The dietary supplement market in the United States is a multimillion dollar industry, and everyone seems to have a different idea about which supplements are the most beneficial. The wealth of information is enough to make some consumers throw their hands up in frustration, but the truth is, there are actually a handful of supplements that are almost universally beneficial. While it’s wise to check with your doctor or pharmacist first, consider adding these to your vitamin regimen.
A good multivitamin benefits everyone, from young children to the elderly. While many people look to once-daily formulas for convenience, many of these are deficient in several areas, so compare the labels carefully. A complete formula should include B vitamins in their natural forms and minerals that are packaged in their natural forms or have been chelated (bonded to amino acids to improve absorption in the digestive tract). Higher-quality, pharmaceutical-grade vitamins are generally easier to digest and often have better absorption levels than their counterparts.
Essential Fatty Acids
Omega-3 fatty acids have been the subject of a number of recent studies, all of which support its use for optimal general health, but its greatest benefits may be to the heart. Omega-3 supplementation may help reduce total cholesterol and may raise the level of HDL cholesterol—the good cholesterol. Studies also show that Omega-3s may lower triglycerides and inhibit high blood pressure and are necessary for brain growth and development in infants.
A good Omega-3 supplement should contain an approximate 2:1 ratio of EPA and DHA from cold water fish (EPA and DHA content are clearly identified on labeling). With fish oil supplements, consumers tend to get what they pay for, so it’s a good idea to do a little research about the company’s quality standards. Inferior supplements may include filler fish oils that can upset the digestive system and may even be polluted by heavy metals like mercury. Many quality fish oil supplements are coated to avoid a fishy aftertaste.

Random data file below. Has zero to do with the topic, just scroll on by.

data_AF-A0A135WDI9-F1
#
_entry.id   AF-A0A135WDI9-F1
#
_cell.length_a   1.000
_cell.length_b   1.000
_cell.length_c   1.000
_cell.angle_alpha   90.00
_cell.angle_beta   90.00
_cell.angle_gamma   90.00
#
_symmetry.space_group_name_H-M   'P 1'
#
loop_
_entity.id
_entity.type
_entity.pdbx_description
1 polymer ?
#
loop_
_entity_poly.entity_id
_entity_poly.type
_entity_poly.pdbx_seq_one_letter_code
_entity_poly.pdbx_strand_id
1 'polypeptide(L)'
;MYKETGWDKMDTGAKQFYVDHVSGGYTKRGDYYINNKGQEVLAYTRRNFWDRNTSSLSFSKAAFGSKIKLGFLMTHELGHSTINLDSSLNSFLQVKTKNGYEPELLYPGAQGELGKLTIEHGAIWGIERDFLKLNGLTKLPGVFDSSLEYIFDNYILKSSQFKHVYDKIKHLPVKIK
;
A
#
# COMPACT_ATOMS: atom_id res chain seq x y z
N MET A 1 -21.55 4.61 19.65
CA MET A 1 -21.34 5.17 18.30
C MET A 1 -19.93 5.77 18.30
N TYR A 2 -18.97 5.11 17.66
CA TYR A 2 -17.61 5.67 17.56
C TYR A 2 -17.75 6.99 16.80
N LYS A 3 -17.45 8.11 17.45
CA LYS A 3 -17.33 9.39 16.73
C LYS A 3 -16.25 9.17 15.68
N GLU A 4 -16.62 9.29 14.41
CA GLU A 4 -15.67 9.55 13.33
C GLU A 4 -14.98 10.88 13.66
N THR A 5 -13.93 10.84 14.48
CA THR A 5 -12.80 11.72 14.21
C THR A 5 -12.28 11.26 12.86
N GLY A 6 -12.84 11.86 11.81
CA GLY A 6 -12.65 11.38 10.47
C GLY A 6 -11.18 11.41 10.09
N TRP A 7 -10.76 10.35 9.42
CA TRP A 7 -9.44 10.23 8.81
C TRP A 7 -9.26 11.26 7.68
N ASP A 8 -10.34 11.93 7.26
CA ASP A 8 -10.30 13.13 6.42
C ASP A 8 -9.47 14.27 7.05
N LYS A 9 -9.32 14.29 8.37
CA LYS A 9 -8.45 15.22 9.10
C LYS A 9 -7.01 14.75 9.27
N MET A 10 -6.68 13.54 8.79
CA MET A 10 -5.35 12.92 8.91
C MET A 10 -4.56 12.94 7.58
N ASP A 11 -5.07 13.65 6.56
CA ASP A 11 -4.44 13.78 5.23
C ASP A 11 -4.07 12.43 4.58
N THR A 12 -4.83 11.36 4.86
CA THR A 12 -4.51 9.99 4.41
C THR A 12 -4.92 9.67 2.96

Most multivitamins don’t have enough calcium to help build bone and prevent osteoporosis. An additional calcium supplement is a good idea for all adults, and it’s important to look for a highly-absorbable source as not all calcium supplements are created equal. Microcrystalline Hydroxyapatite Compound (MCHC) is calcium from bone, and is one of the most readilyabsorbed
over the counter calcium sources on the market.
Another well-absorbed form of calcium is calcium citrate. This form often comes with Vitamin D added to increase absorption. Other calcium sources, such as calcium carbonate and oyster shell forms, may be poorly absorbed or cause gastrointestinal upset, so choose your supplement carefully. A doctor or pharmacist can advise you on the proper level of supplementation.
Probiotics are good germs that colonize in the digestive tract. These good bacteria help keep pathogenic germs at bay by crowding them out. Probiotics aid in digestion and assist in the removal of toxins from the body. Consequently, they can reduce symptoms of irritable bowel syndrome, indigestion, and diarrhea and/or constipation. Probiotics are safe and beneficial for virtually everyone.
Vitamin C is a water-soluble vitamin and a highly effective antioxidant. Supplementing your diet with extra vitamin C can help boost immunity and may even help slow the aging process by protecting the cells from damage by free radicals. Again, it’s best to look for a pharmaceutical-grade source of vitamin C to enhance absorption and reduce the incidence of digestive upset.
There’s an abundance of seemingly contradictory information about nutritional supplements out there, so it’s always best to check with a doctor or pharmacist when starting new supplements. But multivitamins, essential fatty acids, probiotics, calcium, and vitamin C are almost universally beneficial and can help to prevent illness, so consider including these supplements to your family’s daily routine. Be well!
Shannon Fields is a freelance writer and a Certified Pharmacy Technician at Innovative Pharmacy Solutions. She holds a BA in Psychology with a minor in English from the University of Central Oklahoma. Shannon lives in Edmond with her husband and two daughters.